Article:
Each year, about this time, there’s a war on Christmas, and apparently some people are angry about it.
I see people getting upset over the use of the phrase “Happy Holidays” instead of “Merry Christmas.” Nevermind the etymology; the word “holiday” comes from the Old English word for “holy day.”
Or, they get upset about the use of “Xmas” instead of Christmas. Well, it seems those folks are ill-informed as well. X is the Greek letter “chi,” the initial letter in the word for “Christ.” For centuries, X has been used for “Christ.”
Still there are others who are upset that a select group of people want to remove a Nativity scene from the local court square. I understand that this is about the principle; this is about the world’s desire to secularize the holiday. But, I can assure you, even in places where this happens, Christmas will not be cancelled. We still have the opportunity to personally recognize the gift God gave the world more than 2,000 years ago, and no government or group can change that.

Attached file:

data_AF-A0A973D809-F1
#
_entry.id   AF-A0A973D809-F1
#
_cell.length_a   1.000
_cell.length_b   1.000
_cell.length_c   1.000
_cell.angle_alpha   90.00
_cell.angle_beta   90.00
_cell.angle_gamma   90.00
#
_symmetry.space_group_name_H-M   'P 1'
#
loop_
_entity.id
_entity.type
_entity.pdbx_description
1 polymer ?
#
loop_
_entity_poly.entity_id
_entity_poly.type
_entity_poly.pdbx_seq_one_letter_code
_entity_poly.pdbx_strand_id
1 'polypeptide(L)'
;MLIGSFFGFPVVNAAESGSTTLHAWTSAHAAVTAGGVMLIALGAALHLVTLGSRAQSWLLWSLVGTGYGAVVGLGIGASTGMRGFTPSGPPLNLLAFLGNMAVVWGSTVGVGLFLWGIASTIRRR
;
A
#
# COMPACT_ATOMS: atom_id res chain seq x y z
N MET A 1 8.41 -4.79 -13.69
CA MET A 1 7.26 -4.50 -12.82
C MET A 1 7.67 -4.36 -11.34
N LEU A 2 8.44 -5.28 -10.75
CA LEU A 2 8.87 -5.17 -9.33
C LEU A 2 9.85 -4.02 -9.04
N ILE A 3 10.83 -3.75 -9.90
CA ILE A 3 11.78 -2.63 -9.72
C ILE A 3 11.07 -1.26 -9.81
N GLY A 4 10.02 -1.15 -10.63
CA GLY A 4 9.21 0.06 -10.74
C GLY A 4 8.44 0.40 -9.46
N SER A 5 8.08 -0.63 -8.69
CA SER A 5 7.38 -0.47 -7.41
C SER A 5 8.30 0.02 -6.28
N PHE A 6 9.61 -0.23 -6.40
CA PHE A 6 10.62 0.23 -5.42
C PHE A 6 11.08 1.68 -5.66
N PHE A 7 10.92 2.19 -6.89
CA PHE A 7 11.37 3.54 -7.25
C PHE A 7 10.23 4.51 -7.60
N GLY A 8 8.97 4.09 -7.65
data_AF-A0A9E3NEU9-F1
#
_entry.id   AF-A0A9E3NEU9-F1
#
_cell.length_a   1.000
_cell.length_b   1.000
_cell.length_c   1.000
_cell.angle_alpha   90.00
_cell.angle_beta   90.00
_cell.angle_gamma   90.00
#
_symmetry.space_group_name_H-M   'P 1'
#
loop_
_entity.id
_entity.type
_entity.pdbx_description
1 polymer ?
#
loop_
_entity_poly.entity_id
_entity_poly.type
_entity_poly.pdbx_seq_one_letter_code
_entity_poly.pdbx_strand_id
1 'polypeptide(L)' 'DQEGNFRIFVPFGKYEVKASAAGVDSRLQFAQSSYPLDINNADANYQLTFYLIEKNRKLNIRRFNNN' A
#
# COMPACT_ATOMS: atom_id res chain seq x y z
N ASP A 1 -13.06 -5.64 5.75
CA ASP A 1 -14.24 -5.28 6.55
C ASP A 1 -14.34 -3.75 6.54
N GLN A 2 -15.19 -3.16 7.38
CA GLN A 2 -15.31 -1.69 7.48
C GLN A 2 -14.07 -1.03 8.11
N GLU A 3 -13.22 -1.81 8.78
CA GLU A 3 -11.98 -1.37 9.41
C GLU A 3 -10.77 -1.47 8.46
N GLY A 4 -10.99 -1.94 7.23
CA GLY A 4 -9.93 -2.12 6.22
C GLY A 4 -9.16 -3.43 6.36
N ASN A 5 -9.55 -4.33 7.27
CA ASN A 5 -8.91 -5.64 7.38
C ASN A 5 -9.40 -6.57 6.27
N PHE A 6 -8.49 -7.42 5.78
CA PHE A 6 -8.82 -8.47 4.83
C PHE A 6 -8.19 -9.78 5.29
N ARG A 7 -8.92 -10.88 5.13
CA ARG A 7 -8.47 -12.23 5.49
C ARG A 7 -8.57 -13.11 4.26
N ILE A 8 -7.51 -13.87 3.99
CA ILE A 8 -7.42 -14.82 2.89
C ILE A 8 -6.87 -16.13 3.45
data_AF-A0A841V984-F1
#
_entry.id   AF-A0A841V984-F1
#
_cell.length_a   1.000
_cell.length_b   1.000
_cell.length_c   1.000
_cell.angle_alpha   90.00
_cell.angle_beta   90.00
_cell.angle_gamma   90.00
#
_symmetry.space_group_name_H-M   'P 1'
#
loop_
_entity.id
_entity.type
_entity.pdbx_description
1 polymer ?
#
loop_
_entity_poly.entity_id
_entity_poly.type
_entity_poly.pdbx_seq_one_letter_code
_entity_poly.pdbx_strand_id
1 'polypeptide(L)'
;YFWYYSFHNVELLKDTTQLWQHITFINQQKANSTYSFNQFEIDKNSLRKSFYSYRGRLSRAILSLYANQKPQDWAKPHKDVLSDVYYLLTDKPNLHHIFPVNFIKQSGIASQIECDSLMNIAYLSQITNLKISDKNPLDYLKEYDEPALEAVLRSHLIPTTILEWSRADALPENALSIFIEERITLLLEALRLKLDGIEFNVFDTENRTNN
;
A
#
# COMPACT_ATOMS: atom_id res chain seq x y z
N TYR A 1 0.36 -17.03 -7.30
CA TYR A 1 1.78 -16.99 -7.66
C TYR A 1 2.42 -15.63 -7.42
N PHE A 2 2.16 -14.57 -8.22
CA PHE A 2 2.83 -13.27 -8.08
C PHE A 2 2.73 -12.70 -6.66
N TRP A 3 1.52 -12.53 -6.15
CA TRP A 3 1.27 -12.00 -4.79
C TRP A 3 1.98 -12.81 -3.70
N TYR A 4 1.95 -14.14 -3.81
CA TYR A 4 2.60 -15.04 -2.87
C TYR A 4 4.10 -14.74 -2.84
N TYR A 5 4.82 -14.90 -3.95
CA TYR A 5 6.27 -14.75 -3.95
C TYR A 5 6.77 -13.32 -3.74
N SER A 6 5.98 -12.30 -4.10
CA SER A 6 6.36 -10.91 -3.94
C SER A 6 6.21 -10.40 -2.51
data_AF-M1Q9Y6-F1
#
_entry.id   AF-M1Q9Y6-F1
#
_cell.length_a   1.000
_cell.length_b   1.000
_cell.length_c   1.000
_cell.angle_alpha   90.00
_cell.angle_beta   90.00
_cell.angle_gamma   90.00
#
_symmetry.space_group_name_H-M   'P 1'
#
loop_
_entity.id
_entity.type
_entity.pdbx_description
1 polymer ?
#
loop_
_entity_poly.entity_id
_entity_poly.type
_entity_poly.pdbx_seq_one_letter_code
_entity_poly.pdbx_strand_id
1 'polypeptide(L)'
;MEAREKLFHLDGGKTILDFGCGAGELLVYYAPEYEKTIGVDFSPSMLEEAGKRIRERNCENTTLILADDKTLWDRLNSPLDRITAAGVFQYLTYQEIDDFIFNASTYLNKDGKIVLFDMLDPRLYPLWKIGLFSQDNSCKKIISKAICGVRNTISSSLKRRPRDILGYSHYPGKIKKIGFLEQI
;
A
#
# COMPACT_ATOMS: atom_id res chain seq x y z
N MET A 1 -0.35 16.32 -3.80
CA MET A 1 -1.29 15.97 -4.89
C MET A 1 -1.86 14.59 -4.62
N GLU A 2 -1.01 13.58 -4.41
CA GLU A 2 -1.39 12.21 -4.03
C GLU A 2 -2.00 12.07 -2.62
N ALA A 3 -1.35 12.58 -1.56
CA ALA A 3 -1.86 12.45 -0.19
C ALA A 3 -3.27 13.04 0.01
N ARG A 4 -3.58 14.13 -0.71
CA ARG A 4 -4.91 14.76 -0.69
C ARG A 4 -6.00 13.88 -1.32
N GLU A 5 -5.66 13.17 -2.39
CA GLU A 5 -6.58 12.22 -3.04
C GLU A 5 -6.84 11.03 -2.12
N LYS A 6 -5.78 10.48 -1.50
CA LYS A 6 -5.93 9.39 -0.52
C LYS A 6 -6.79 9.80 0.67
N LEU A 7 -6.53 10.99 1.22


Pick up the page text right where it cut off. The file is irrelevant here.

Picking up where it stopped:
The simple fact we must understand is this: the world doesn’t look to Jesus for its celebration of Christmas. It has Santa, trees, gifts and the Griswolds. That will not change. I believe it’s our job, not to fight the war on Christmas necessarily, but instead to live our own lives in a way that is worthy of what Christmas is about in the first place.
There’s no denying that our country – and world – is increasingly unfriendly to Christianity. But, if you know Jesus and read the Bible, you knew this would happen. Instead of being appalled when non-Christians act like non-Christians, perhaps we should be more appalled when Christian people fail to act like Christian people.
My wife and I were just talking the other day about how convicting it can be when those we know who are far from God act more like Jesus than we do.
I, for one, don’t feel called to fight for a plastic baby Jesus at the city park. I’d rather make sure those under my own roof know Him, and those I interact with see Him in me. As parents, it’s our duty that our children see Christmas for what it is, not what the world says it should be.
There’s a quote I’ve seen a few times making the rounds on Facebook, and I love it. “Want to keep Christ in Christmas? Feed the hungry, clothe the naked, forgive the guilty, welcome the unwanted, care for the ill, love your enemies, and do unto others as you would have done unto you.”